A hands-free gesture device

Forget about Kinect that limits gestures to a fixed location (i.e., your living room), Myo is a muscle-gesture wristband that is a completely hands-free gesture input devices. This product looks a lot like the muscle-gesture computing that came out of Microsoft Research a few years back. Nonetheless, it's pretty cool.

"In the future we’re all going to be robot-human hybrids with the help of wearable computers. We’ve already seen Google Glass, the search giant’s augmented-reality glasses, and now the latest Y Combinator startup to come out of stealth, Thalmic Labs, is giving us a wrist cuff that will one day control computers, smartphones, gaming consoles, and remote-control devices with simple hand gestures.

Unlike voice-detecting Google Glass, and the camera-powered Kinect and Leap Motion controller, Thalmic Labs is going to the source of your hand and finger gestures – your forearm muscles. “In looking at wearable computers, we realized there are problems with input for augmented-reality devices,” says Thalmic Labs co-founder Stephen Lake. “You can use voice, but no one wants to be sitting on the subway talking to themselves, and cameras can’t follow wherever you go.” Continue reading on Wired.

Image from Myo.


A suit that alters your world

Designer Maxence Parache has created Hyper(reality), which alters the perception of our environment using an augmented reality helment, an interactive glove and a Microsoft Kinect system. The experience allows you to navigate through a 3D environment as if you're in an entirely new world.

The experience is composed of a helmet with high definition video glasses, an Arduino glove with force sensors that controls the 3D view, and a harness for the kinect sensor. Designed and implemented for museum curation, Hyper(reality) allows the user to experience the architecture and various collections in an immersive and multi-sensory way.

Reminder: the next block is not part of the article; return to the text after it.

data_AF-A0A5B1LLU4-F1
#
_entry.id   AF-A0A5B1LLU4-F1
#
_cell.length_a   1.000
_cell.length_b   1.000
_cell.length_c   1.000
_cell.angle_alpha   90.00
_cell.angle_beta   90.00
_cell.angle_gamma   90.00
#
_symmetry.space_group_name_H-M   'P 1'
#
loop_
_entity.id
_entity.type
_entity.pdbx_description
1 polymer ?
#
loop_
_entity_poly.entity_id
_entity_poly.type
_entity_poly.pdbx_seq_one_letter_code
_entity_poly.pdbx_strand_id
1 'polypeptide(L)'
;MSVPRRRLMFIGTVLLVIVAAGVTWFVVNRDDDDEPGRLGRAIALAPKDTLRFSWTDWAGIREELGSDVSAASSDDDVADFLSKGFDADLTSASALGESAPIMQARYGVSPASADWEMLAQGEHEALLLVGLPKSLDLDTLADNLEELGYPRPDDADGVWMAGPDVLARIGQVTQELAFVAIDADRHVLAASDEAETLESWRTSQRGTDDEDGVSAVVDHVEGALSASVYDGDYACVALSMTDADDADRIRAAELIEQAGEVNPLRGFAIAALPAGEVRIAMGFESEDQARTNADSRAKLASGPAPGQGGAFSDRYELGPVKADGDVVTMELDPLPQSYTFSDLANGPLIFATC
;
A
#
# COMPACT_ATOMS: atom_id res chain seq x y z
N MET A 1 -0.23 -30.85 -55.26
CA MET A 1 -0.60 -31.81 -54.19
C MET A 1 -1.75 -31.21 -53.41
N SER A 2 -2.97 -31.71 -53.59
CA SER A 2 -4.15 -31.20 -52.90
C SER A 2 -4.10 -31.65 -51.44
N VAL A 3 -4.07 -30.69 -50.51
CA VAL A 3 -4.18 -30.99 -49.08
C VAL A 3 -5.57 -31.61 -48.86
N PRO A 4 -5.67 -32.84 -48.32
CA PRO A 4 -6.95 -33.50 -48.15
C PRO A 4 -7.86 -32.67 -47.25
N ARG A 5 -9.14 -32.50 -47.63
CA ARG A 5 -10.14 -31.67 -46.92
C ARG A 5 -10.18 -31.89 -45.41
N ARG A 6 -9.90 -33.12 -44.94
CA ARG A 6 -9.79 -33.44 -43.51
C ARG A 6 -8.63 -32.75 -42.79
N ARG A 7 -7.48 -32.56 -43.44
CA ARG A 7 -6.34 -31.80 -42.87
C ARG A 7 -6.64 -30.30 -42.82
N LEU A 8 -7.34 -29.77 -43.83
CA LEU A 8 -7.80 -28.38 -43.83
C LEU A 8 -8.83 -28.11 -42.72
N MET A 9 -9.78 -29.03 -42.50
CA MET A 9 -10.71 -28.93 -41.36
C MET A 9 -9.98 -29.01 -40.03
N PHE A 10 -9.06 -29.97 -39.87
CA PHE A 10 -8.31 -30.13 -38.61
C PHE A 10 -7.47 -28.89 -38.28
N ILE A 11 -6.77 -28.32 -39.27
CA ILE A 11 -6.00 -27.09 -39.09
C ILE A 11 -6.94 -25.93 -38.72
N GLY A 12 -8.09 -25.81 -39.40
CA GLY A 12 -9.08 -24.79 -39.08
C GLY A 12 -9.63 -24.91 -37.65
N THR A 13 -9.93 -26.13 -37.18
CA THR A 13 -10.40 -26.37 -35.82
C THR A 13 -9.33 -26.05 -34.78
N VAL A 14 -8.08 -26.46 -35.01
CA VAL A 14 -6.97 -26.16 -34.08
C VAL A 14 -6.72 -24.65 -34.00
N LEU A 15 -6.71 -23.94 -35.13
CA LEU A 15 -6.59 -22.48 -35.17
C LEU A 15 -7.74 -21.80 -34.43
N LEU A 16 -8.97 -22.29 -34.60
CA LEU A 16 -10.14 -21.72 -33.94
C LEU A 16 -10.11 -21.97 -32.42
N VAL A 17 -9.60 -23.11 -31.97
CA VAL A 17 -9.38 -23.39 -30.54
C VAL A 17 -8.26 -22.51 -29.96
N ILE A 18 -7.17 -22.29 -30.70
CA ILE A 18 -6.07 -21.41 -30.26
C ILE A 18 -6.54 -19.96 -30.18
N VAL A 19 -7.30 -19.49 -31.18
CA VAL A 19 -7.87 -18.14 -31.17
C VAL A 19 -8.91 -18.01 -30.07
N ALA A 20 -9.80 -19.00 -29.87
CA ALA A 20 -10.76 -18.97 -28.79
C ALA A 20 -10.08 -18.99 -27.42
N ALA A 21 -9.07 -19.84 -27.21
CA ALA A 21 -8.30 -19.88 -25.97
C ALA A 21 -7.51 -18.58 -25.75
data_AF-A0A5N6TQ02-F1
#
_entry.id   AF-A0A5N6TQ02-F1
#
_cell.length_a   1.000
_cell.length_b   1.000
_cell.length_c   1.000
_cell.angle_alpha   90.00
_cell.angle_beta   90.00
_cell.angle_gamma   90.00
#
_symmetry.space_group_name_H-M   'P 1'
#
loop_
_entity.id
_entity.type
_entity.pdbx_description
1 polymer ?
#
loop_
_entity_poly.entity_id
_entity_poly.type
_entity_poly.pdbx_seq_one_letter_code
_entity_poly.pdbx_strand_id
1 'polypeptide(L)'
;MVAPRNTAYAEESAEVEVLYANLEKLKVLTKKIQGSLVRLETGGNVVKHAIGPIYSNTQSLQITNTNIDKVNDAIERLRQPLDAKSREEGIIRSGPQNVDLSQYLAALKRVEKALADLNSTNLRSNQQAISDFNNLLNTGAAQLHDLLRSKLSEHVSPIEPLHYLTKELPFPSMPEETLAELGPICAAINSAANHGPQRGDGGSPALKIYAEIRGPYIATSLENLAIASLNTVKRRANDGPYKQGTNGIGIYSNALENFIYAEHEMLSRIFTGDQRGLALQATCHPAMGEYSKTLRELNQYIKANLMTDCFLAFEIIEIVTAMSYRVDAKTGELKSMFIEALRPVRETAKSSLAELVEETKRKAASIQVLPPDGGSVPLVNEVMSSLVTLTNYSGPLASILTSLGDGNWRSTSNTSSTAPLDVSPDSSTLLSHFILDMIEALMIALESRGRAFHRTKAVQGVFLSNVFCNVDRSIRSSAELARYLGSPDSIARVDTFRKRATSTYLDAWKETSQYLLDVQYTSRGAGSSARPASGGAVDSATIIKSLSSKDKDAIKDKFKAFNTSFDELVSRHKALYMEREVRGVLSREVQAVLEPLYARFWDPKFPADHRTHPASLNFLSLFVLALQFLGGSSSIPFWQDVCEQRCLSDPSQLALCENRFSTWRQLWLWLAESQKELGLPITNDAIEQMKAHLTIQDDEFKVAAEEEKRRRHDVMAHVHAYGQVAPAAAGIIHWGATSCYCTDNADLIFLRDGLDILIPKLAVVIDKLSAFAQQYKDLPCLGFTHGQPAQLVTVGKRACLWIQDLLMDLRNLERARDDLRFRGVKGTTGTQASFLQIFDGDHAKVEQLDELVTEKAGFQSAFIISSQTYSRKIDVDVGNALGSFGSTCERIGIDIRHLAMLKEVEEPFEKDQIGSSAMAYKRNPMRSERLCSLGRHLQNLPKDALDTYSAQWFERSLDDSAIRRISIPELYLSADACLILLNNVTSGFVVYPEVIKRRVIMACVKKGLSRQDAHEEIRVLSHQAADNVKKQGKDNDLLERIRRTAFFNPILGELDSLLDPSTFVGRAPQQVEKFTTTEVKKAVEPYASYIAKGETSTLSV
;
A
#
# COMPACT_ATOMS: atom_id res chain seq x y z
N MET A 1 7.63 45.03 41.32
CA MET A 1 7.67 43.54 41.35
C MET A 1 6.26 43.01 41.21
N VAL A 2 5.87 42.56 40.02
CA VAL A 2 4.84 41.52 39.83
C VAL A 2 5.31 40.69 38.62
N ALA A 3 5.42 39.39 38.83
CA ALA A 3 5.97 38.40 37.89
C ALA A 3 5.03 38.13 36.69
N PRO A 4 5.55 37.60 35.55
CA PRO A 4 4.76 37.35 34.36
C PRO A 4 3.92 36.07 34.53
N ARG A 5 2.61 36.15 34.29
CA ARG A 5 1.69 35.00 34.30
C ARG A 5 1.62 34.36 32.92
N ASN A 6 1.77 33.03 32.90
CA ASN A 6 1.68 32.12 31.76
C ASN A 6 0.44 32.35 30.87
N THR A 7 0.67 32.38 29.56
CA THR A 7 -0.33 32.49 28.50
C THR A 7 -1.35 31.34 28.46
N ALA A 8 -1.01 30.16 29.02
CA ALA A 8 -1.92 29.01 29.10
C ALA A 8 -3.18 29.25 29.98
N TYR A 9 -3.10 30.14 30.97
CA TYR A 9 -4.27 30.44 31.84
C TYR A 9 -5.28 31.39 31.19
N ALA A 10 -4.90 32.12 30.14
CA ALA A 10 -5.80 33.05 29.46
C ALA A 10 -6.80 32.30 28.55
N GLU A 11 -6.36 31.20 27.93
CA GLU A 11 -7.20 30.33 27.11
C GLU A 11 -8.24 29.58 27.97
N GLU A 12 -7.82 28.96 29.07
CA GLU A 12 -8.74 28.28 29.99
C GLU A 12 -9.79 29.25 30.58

Continue reading on Yanko Images from maxenceparache.com

Growing light

[gallery] I instantly fell in love with this project by Jordy Rooijakkers (TU/e Industrial Design) for Philips Lumiblade Creative Lab, which is a Growing Light that responds to touch. Caress the light or tap it gently and it reacts by subtly transforming into a new illuminating form.

In the wearable tech field, designers have been exploring this type of physical transformational behavior in garments. A few include the following. However, I have yet to see any explorations that incorporate movement AND light in this way.

More info at Behance.net Images from Behance.net

Wireless display in your contacts

[gallery]Technology from STMicroelectronics for a Swiss medical startup points the way to integrating a display in a contact lens. The lens includes a wireless MEMS sensor that acts as a transducer, antenna and mechanical support for additional read-out electronics Not only does the lens integrate display possibilities, it's aimed to enable better management of glaucoma that is tailored to the individual patient.

We have a strong focus on developing and manufacturing wireless sensor networks for diagnostics and other applications in medicine. This wireless, self-powered, on-body sensor will be used in a product that promises to greatly help the millions of people at risk and suffering from glaucoma. Sensimed’s imaginative application perfectly illustrates how, by working with healthcare experts, we can combine two different disciplines and know-how, along with our manufacturing infrastructure, to improve the health and wellbeing of people all over the world.

Said by Benedetto Vigna, General Manager of STMicroelectronics’ MEMS, Sensors and High Performance Analog division.

Continue reading on Embedded Images from Embedded